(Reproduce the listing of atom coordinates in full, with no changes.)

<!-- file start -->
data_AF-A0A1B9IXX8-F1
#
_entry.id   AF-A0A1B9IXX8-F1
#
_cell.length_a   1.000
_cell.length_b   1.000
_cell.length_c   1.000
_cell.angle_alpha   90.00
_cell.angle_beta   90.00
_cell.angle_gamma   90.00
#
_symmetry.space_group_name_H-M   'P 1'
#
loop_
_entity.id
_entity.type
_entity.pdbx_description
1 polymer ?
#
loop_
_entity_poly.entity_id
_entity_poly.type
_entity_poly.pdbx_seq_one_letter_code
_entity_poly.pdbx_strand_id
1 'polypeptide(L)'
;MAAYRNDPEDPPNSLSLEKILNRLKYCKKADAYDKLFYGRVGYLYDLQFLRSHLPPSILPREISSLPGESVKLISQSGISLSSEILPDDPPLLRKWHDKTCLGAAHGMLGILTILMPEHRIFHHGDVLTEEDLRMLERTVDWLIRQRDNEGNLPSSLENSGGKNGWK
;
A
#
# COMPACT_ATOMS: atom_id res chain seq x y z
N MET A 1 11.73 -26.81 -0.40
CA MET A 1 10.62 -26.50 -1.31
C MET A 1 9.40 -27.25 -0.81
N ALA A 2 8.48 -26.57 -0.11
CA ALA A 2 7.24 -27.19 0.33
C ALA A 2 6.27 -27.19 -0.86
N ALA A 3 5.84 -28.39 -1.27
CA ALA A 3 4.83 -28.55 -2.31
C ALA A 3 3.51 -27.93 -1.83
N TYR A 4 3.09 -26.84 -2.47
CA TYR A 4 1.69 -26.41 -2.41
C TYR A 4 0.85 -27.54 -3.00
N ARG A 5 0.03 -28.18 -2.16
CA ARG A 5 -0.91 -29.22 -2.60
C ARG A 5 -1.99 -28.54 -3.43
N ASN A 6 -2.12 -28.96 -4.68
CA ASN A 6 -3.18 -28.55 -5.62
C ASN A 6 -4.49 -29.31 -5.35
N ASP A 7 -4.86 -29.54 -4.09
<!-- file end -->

data_AF-A0A1B9IXX8-F1
#
_entry.id   AF-A0A1B9IXX8-F1
#
_cell.length_a   1.000
_cell.length_b   1.000
_cell.length_c   1.000
_cell.angle_alpha   90.00
_cell.angle_beta   90.00
_cell.angle_gamma   90.00
#
_symmetry.space_group_name_H-M   'P 1'
#
loop_
_entity.id
_entity.type
_entity.pdbx_description
1 polymer ?
#
loop_
_entity_poly.entity_id
_entity_poly.type
_entity_poly.pdbx_seq_one_letter_code
_entity_poly.pdbx_strand_id
1 'polypeptide(L)'
;MAAYRNDPEDPPNSLSLEKILNRLKYCKKADAYDKLFYGRVGYLYDLQFLRSHLPPSILPREISSLPGESVKLISQSGISLSSEILPDDPPLLRKWHDKTCLGAAHGMLGILTILMPEHRIFHHGDVLTEEDLRMLERTVDWLIRQRDNEGNLPSSLENSGGKNGWK
;
A
#
# COMPACT_ATOMS: atom_id res chain seq x y z
N MET A 1 11.73 -26.81 -0.40
CA MET A 1 10.62 -26.50 -1.31
C MET A 1 9.40 -27.25 -0.81
N ALA A 2 8.48 -26.57 -0.11
CA ALA A 2 7.24 -27.19 0.33
C ALA A 2 6.27 -27.19 -0.86
N ALA A 3 5.84 -28.39 -1.27
CA ALA A 3 4.83 -28.55 -2.31
C ALA A 3 3.51 -27.93 -1.83
N TYR A 4 3.09 -26.84 -2.47
CA TYR A 4 1.69 -26.41 -2.41
C TYR A 4 0.85 -27.54 -3.00
N ARG A 5 0.03 -28.18 -2.16
CA ARG A 5 -0.91 -29.22 -2.60
C ARG A 5 -1.99 -28.54 -3.43
N ASN A 6 -2.12 -28.96 -4.68
CA ASN A 6 -3.18 -28.55 -5.62
C ASN A 6 -4.49 -29.31 -5.35
N ASP A 7 -4.86 -29.54 -4.09